Playing The Name Game

Your company name should make a statement. Bold. Memorable. Aspirational.

If only it were that easy.

Remember when Arnold Palmer was a famous golfer and Amazon was a river? Now they’re known as a lemonade and online empire.

Ideally, your name defines your mission. MTV was Music Television.  Elon Musk’s ‘The Boring Company’ digs underground tunnels. Burger King’s Whopper is huge.

Then there are those who get it hopelessly wrong. I’m talking about you Isis Nails, Pepsi Pickle and Ayds Candy. A reducing plan, indeed.


Can you succeed with a bad name?  Sure. But it slows the impact, like driving with the emergency brake on.

Bob Pittman inherited the name ‘iHeart’. But I doubt that would’ve been his first choice. Nintendo gambled on naming their Wii gaming system. I was in the meeting when their execs revealed it to the team.

Silence. Then gasps, cringing, furrowed brows. You get the idea.

So, how do you choose the right name?

Here’s my take:

Years ago, I ran KISW-FM in Seattle. It was low-rated station with a weak identity. We competed against stations with iconic call letters like KJR & KING. Asking listeners to remember K-I-S-W would be a tough putt. So, we pivoted and focused on owning the word “Rock”. We aimed to tap into a lifestyle and give rock fans a voice. Our fire-breathing Rock stickers were worn like badges of honor on thousands of cars. While other stations couldn’t give away theirs, we charged a quarter per sticker and raised a ton for charity.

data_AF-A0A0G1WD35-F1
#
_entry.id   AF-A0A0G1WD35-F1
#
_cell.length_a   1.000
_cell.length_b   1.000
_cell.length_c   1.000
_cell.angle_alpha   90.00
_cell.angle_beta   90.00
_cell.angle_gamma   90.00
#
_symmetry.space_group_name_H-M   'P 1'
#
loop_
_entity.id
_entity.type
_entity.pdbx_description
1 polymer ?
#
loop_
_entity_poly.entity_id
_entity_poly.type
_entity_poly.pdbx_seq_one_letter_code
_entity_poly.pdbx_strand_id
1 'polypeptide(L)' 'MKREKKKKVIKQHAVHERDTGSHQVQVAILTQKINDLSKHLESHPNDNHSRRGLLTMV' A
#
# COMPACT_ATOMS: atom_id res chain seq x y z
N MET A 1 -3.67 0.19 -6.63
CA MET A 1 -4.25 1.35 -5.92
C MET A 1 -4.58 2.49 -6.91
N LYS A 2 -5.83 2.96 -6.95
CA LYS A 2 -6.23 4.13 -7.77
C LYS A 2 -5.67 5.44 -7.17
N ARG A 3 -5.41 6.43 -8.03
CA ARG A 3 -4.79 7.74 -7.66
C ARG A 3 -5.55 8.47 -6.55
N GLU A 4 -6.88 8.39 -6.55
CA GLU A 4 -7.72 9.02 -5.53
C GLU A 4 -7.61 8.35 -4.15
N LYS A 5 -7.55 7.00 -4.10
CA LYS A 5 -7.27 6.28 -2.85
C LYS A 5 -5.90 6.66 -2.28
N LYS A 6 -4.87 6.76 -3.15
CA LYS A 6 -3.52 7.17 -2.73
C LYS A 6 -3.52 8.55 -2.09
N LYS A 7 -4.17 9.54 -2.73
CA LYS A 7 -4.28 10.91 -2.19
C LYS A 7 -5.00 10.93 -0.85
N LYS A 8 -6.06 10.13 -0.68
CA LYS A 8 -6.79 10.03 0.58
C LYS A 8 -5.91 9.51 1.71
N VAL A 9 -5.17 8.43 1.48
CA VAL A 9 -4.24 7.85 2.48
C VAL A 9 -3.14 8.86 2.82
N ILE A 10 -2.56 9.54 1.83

Owning the word Rock galvanized fans, and not just in Seattle. Our logo was ‘adopted’ by dozens of stations across America.

Is it too late to call a lawyer?


Next: Why Things Go Viral

Beau Phillips is President of Rainmaker Media. 
He’s a creative marketing consultant, strategist and speaker.
Reach him at 203-256-9347 

4 thoughts on “Playing The Name Game”

  1. Great post Beau! Hilarious. It seems self awareness is a powerful design skill to have. I’d imagine the absolute worst thing your company or brand could be labeled as- is “tone deaf’. And I love your simple approach in Seattle asking “what do we do best? What do people want? ” to form the brand.
    Got anymore of those stickers?? 🙂

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